I remember one early summer morning in High School, my mother pulled over next to the Track & Field house to drop me off. I gave my mom a quick peck on the cheek and jumped out of the car. My coach, Mr. Miller was standing there, waiting for all of the stragglers to get in for our 6:30 AM cross country practices.
“Well, you’ll never be able to deny you’re related,” he said. “You look exactly like her!”
Oh, NO. No, no, no, no, no.
I remember being disturbed by Coach Miller’s observation as we did our run that morning, only half interested in whatever conversation the team was making. Did I really look like my mother? If I did, what parts of me did? Because there were some parts I’d be okay with and others I wouldn’t be so happy about.
It wasn’t the first time someone told me I looked like my mother. And it wasn’t the first time that it bothered me.
Looking back now, I realize that you would have to be blind to not see the resemblance between my mother and myself. But what I realize now is that it wasn’t so much that people were saying I looked like her.
It was that they were saying I was like my mother at all.
When I was younger, I didn’t always appreciate my mother. In fact, there were times where I held very little respect for her. I don’t say that proudly. My mother could be a very angry person when I was growing up and instead of feeling respect, I remember feeling fear. Instead of feeling like I was unconditionally loved, I remember something that felt closer to emotional blackmail.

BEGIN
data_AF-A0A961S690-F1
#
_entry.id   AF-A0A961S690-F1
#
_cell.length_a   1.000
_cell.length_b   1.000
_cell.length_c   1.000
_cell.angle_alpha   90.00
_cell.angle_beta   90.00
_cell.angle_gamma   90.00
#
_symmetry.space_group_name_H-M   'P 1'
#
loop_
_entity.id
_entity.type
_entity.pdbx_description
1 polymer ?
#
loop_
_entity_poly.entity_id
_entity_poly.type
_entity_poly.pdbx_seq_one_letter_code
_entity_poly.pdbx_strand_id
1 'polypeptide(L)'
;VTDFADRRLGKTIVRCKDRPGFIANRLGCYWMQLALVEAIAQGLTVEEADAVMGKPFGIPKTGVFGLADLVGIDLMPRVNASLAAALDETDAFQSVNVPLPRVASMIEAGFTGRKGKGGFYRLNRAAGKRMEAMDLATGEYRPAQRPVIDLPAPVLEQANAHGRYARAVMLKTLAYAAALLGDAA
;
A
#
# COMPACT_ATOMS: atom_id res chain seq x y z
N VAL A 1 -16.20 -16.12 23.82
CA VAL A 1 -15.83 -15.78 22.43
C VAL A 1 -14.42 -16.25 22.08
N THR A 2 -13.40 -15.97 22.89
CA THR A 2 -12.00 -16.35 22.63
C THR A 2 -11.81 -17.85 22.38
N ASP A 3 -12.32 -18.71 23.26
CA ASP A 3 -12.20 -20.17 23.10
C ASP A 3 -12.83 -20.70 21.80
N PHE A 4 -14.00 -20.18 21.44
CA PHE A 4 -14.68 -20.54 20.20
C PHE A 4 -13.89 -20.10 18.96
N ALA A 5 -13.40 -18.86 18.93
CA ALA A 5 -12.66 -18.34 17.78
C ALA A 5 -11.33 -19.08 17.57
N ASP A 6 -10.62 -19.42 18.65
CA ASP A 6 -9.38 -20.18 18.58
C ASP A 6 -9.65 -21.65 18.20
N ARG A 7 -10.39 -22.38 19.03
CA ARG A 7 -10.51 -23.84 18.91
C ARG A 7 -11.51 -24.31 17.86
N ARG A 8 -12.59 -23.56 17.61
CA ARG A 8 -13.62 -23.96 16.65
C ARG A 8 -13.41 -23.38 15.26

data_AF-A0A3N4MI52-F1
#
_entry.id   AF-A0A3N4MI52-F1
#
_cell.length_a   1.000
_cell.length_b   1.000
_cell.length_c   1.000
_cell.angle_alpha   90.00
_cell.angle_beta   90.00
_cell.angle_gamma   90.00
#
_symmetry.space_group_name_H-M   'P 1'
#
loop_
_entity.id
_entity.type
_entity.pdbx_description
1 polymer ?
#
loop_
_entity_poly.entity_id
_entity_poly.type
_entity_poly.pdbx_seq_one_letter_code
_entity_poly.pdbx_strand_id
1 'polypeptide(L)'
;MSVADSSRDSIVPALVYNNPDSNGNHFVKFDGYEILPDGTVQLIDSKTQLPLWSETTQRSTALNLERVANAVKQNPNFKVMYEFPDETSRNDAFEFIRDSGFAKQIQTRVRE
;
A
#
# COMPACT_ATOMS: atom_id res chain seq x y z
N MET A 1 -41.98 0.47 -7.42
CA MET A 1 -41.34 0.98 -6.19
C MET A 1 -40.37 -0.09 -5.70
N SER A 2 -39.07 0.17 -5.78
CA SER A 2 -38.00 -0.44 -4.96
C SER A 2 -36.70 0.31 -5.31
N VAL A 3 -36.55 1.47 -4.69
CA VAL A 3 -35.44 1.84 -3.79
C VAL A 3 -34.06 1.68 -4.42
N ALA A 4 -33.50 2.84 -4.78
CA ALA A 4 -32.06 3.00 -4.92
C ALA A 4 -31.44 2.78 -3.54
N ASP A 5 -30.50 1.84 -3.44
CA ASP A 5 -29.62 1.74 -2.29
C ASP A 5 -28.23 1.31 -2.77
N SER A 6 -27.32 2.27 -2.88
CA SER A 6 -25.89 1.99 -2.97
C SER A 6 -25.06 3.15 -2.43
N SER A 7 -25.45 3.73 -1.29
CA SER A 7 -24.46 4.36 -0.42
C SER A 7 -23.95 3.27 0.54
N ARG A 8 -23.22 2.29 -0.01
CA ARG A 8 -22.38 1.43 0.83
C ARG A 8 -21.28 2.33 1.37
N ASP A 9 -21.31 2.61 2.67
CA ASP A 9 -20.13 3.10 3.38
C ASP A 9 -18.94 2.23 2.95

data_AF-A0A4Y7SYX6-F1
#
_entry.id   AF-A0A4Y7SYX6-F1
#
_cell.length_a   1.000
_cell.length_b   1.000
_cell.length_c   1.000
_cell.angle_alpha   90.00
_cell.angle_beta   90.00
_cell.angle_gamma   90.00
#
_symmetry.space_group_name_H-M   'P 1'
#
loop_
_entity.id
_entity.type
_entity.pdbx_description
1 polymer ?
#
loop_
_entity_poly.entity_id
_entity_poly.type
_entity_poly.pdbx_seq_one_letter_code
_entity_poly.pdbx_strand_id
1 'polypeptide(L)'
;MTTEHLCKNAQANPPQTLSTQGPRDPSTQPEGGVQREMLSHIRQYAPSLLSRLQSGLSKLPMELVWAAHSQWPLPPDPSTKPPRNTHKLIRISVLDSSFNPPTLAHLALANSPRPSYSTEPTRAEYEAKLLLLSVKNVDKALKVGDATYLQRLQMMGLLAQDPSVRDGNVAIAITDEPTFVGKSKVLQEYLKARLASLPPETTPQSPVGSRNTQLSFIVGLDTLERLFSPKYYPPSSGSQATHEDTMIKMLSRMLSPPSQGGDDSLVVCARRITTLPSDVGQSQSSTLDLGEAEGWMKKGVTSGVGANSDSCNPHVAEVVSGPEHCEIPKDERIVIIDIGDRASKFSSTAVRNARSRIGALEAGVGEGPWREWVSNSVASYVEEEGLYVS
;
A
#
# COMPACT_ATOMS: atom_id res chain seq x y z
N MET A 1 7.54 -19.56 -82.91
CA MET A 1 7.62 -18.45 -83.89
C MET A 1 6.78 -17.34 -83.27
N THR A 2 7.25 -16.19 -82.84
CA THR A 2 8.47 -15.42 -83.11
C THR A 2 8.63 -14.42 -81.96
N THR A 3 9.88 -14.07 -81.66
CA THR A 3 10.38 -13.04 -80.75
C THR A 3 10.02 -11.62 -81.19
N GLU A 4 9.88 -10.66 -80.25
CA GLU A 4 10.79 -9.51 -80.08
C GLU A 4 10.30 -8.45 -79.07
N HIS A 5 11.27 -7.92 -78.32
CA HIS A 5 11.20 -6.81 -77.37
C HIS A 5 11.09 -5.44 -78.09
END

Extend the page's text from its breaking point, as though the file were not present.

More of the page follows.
At the same time, I felt those things for my mother, there was this flip side to her – this side that I did love dearly and that I did cherish. A side that was full of life and passion and the heartiest laughter. But that laughter could turn on a dime and laughter could become tears. Sometimes my own. My mother wasn’t like a box of chocolates, she was more like a box of firecrackers. I never knew what kind I would get.
I look at my mother’s life and recognize that she did not live an easy one. Perhaps it’s why her hair turned grey earlier in life than my own did. Perhaps it’s why the delicate lines around her eyes showed up earlier than they should have. The emotional trials she went through definitely had a physical impact which aged her prematurely. The very hard challenges she faced are part of the very reason she was the way she was.
I didn’t really understand that as a child. Sometimes I still don’t understand it all as an adult. When I wasn’t living in fear of her temper, I just remember craving some security in knowing if the day would be a happy one or a devastating one.
My mother has changed a lot over the years. She has become more like that box of chocolates, but it’s a bit more predictable and it’s like they’re all the same kind. I mostly know what I’m going to get. She and I are much closer than we were when I was young and I can almost forget a lot of my childhood, or at least process it better, knowing what I know about her now. We have spoken about the past and I am willing to allow it to stay in the past and love my mother for the person that she has become.
Does it mean I have forgotten everything?
Does it mean I have forgiven?
When I look in the mirror and see my own reflection, it’s impossible to deny that I am my mother’s daughter. From the thick curly hair that we have both struggled to tame our whole lives to the large brown eyes, to the small, almost non-existent chin. I look back at old pictures of her and am startled at the resemblance, almost the same way I am when I look at my own daughter’s pictures and see my own face.
I no longer flinch when someone tells me how much I look like my mother. I embrace it, just as I embrace her beauty and just as I embrace the imperfections which used to make me want to turn my back on the comparison. I love my mother now in a way that I didn’t know how to before.
I look at my own imperfections as a mother and wonder what Shaila will say when people inevitably tell her she looks like me. I know her response will be a reflection of her relationship with me at that time in many ways. I hope that she is proud.
Just the way I am now when anyone compares me to my own mother.